Usually we think of leaders as having larger-than-life extroverted personalities. However, some studies conducted by Harvard Business Review have shown that sometimes extroverted leaders actually can be a hindrance to the development and contribution of outgoing, proactive employees.
In the Harvard Business Review’s study of 130 pizza delivery restaurants, bosses were asked to rate themselves as to how extroverted or introverted they were. Employees, on the other hand, were asked to rate themselves and one another in terms of how proactive they were in their professional life. The results showed that when extroverted leaders were paired with employees who were not particularly proactive, the leaders were able to achieve higher than average profits. However, in franchises with proactive employees, extroverted leaders netted 14% lower profits than introverted leaders.
In another study, researchers found a group of 163 college students and grouped them into teams to see how many T-shirts each team could fold in 10 minutes. The assigned leaders were given reading material beforehand to manipulate their leadership behavior. The assigned followers in each group were similarly given reading materials to predispose them toward being either proactive or not. Again, the groups with proactive followers performed best with introverted leaders, while the groups with followers who were not proactive performed best with extroverted leaders. In its findings, the Harvard Business Review determined, “The extroverted leaders appeared threatened by and unreceptive to proactive employees. The introverted leaders listened carefully and made employees feel valued, motivating them to work hard.”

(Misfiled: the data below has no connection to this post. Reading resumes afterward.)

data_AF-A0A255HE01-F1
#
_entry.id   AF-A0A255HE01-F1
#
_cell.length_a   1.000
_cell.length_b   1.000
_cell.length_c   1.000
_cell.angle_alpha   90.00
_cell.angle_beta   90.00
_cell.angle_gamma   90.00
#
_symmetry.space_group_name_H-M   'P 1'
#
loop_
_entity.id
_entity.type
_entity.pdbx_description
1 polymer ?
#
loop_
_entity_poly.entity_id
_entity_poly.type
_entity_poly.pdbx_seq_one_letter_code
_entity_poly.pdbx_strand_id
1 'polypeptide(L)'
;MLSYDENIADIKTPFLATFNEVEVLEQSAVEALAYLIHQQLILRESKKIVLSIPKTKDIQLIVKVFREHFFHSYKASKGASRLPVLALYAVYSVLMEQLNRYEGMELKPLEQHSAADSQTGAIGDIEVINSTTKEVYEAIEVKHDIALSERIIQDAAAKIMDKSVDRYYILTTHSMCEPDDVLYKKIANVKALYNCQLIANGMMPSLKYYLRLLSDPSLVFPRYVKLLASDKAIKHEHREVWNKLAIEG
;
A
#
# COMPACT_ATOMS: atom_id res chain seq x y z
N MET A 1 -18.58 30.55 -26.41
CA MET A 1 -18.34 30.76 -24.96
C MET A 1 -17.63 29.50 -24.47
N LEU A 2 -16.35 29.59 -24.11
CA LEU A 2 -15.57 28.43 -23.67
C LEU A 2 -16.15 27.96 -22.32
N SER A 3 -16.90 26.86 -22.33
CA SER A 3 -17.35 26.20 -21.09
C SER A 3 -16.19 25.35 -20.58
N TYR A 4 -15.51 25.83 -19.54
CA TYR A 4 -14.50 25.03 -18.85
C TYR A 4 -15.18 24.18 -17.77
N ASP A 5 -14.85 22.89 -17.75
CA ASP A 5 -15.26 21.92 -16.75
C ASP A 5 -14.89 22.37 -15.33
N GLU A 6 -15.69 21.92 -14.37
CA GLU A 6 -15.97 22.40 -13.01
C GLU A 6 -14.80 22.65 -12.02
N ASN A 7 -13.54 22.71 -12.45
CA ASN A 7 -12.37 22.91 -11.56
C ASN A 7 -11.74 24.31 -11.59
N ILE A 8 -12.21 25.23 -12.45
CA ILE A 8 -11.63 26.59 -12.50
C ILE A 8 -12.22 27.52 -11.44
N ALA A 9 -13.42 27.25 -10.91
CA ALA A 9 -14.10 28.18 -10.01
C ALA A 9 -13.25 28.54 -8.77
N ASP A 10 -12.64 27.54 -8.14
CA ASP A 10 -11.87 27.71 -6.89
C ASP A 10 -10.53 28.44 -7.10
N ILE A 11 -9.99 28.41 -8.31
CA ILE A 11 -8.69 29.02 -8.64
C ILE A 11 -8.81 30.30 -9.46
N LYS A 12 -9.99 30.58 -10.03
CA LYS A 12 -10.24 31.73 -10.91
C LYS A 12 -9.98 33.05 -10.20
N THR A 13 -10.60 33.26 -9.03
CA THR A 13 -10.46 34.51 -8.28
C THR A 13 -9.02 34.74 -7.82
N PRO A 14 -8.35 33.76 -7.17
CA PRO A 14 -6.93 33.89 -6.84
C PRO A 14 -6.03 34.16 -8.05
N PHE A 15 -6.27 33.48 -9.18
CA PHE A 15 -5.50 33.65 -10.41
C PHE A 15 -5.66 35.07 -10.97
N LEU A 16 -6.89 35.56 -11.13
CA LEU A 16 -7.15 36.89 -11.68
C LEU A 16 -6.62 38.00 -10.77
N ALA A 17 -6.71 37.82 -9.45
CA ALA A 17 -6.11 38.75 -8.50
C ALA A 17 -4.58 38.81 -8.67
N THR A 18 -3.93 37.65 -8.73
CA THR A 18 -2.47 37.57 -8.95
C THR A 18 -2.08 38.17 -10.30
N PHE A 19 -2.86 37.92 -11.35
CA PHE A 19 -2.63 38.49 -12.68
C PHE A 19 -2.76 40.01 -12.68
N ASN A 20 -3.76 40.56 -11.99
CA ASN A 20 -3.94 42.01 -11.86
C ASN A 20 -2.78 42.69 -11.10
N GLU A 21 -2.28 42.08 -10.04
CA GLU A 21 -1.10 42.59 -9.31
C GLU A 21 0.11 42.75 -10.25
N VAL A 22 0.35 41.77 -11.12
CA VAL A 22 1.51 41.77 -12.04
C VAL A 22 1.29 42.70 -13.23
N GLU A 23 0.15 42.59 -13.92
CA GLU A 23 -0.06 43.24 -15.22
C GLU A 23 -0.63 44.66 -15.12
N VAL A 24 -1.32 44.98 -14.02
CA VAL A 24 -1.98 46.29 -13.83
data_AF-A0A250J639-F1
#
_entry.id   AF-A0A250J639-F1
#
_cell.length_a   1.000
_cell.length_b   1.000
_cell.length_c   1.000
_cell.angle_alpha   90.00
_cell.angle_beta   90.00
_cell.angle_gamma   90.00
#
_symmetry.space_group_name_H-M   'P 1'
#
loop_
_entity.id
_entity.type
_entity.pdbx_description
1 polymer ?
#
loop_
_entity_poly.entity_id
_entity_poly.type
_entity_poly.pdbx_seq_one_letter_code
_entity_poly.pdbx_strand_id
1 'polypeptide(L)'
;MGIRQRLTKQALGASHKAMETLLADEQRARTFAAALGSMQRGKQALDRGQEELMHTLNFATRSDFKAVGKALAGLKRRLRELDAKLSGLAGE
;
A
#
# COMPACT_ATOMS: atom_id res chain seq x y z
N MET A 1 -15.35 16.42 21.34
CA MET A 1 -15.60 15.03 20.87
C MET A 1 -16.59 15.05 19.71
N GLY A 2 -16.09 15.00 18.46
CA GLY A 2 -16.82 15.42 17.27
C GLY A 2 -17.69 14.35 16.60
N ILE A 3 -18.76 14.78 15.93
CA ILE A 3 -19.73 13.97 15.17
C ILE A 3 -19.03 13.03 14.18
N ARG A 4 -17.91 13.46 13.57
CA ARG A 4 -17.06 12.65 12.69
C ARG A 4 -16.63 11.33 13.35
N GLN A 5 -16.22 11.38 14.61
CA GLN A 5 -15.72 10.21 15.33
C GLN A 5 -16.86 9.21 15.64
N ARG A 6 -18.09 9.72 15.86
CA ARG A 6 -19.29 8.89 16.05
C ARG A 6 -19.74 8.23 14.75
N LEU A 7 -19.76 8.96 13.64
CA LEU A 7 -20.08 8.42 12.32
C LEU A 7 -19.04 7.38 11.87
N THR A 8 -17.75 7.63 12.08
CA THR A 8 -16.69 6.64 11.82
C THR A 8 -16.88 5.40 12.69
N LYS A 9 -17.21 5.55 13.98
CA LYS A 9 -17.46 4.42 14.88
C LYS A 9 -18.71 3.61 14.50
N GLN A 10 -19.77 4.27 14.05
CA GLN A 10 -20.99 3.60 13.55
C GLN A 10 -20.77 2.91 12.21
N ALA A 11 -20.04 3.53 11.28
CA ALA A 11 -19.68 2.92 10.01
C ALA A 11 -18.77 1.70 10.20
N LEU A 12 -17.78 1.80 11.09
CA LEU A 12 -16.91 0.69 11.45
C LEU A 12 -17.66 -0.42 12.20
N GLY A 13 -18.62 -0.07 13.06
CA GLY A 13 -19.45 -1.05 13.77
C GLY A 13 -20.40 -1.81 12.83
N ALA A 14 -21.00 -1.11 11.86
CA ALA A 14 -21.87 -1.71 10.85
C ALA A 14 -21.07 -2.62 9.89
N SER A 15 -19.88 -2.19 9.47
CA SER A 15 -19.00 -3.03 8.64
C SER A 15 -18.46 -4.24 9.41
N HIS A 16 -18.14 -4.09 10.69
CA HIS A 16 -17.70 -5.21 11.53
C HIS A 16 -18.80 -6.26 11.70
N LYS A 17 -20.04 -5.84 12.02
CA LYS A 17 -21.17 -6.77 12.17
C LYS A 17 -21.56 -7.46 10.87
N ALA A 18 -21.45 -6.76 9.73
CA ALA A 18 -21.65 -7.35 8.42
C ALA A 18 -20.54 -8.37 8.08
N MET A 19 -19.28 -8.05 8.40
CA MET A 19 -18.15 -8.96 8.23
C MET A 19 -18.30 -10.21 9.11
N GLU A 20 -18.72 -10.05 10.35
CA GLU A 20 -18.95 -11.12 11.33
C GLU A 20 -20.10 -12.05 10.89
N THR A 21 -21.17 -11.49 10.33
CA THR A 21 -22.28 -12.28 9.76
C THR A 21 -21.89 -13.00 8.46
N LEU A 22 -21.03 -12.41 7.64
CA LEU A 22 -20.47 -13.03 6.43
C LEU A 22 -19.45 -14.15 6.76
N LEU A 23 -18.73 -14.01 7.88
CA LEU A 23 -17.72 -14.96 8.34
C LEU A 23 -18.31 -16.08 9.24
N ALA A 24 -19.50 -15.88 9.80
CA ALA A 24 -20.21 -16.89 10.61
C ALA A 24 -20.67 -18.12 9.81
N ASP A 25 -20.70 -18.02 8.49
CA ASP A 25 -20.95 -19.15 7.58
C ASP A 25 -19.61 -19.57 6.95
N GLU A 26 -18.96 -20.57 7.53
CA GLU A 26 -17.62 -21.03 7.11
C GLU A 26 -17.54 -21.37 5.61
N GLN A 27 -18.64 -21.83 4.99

Although most CEOs view extroversion as an important part of leadership, there are a number of famous leaders throughout history who are celebrated examples of the “strong and silent” type. Eleanor Roosevelt is a shining example of an introverted renowned for her leadership skills. One of her telling personal quotes is, “Friendship with oneself is all important, because without it one cannot be friends with anyone else in the world.” Famous civil rights leader and activist Rosa Parks was an introvert, too.
But what about famous male extroverts? Don’t worry, there’s plenty of those, too. Abraham Lincoln was an introvert. And of course it comes as no surprise that activist Mahatma Gandhi was an introvert. Some contemporary leaders are introverts, too – like Bill Gates. Another wildly successful billionaire, Warren Buffet is also an introvert.
So what’s the point of this journey through the history of famous personalities and psychology studies? The point is, don’t worry if you’re the quiet type – it doesn’t mean that you’re not boss material.